It was a tessaraglot grammar; a strange old book, printed somewhere in Holland, which pretended to be an easy guide to the acquirement of the French, Italian, Low Dutch, and English tongues, by means of which any one conversant in any one of these languages could make himself master of the other three. I turned my attention to the French and Italian. The old book was not of much value; I derived some benefit from it, however, and, conning it intensely, at the end of a few weeks obtained some insight into the structure of these two languages. At length I had learnt all that the book was capable of informing me, yet was still far from the goal to which it had promised to conduct me. ’I wish I had a master!’ I exclaimed; and the master was at hand. In an old court of the old town lived a certain elderly personage, perhaps sixty, or thereabouts; he was rather tall, and something of a robust make, with a countenance in which bluffness was singularly blended with vivacity and grimace; and with a complexion which would have been ruddy, but for a yellow hue which rather predominated. His dress consisted of a snuff-coloured coat and drab pantaloons, the former evidently seldom subjected to the annoyance of a brush, and the latter exhibiting here and there spots of something which, if not grease, bore a strong resemblance to it; add to these articles an immense frill, seldom of the purest white, but invariably of the finest French cambric, and you have some idea of his dress. He had rather a remarkable stoop, but his step was rapid and vigorous, and as he hurried along the streets, he would glance to the right and left with a pair of big eyes like plums, and on recognising any one would exalt a pair of grizzled eyebrows, and slightly kiss a tawny and ungloved hand. At certain hours of the day be might be seen entering the doors of female boarding-schools, generally with a book in his hand, and perhaps another just peering from the orifice of a capacious back pocket; and at a certain season of the year he might be seen, dressed in white, before the altar of a certain small popish chapel, chanting from the breviary in very intelligible Latin, or perhaps reading from the desk in utterly unintelligible English. Such was my preceptor in the French and Italian tongues. ’Exul sacerdos; vone banished priest. I came into England twenty-five year ago, “my dear."’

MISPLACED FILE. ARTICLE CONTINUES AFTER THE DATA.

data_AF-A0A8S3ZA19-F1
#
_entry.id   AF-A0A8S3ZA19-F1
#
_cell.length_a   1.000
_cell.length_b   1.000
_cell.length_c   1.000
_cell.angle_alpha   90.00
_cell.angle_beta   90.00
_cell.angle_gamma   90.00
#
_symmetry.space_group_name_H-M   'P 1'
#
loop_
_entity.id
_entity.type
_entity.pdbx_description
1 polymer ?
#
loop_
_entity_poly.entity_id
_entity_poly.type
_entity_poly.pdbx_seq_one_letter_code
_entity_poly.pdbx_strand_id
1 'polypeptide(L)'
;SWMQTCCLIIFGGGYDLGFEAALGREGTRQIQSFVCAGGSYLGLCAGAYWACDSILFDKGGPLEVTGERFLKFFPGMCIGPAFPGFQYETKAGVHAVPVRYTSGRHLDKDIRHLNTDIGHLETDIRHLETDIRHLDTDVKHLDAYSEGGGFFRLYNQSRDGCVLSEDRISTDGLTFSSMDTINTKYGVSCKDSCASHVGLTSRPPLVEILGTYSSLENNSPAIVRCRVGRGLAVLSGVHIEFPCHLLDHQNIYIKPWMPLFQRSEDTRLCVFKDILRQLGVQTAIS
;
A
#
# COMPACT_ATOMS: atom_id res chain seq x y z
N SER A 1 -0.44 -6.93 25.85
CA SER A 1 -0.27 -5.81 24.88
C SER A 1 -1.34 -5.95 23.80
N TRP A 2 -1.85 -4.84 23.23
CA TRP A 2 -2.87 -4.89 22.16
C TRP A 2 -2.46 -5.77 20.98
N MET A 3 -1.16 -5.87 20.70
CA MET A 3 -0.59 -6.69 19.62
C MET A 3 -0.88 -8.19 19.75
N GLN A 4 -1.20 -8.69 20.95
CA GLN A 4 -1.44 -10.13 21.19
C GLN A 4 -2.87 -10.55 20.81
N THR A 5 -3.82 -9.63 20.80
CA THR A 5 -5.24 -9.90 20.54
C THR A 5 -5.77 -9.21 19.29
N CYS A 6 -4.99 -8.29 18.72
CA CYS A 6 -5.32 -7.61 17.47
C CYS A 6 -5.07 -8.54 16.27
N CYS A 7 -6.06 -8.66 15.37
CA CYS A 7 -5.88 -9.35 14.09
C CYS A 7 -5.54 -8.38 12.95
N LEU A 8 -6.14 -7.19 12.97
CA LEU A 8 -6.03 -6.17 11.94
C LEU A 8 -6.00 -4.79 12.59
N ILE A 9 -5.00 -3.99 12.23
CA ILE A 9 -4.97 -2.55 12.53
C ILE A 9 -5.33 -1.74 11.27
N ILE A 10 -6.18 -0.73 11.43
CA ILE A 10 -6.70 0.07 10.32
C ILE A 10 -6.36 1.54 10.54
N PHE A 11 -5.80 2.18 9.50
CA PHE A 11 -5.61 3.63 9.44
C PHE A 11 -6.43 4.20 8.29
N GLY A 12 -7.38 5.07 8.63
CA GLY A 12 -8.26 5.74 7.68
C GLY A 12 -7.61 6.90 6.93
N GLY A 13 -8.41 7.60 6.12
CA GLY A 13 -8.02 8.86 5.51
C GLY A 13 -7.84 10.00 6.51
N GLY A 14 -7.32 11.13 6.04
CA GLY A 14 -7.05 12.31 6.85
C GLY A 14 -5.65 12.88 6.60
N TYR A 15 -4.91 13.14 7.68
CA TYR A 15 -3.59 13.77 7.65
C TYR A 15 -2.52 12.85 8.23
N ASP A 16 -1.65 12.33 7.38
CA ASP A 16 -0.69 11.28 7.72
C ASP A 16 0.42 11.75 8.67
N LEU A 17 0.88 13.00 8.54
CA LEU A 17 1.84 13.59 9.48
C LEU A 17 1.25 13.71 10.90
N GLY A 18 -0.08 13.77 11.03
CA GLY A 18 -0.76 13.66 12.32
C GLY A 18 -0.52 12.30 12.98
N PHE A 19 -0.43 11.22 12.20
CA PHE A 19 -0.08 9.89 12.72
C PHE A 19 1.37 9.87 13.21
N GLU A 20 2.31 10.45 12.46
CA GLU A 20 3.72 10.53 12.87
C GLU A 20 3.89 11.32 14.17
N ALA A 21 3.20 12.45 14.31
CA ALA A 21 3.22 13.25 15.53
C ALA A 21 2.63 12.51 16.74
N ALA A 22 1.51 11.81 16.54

Monsieur Dante—Condemned musket—Sporting—Sweet rivulet—The Earl’s Home—The pool—The sonorous voice—What dost thou read?—Man of peace—Zohar and Mishna—Money-changers.
So I studied French and Italian under the tuition of the banished priest, to whose house I went regularly every evening to receive instruction. I made considerable progress in the acquisition of the two languages. I found the French by far the most difficult, chiefly on account of the accent, which my master himself possessed in no great purity, being a Norman by birth. The Italian was my favourite.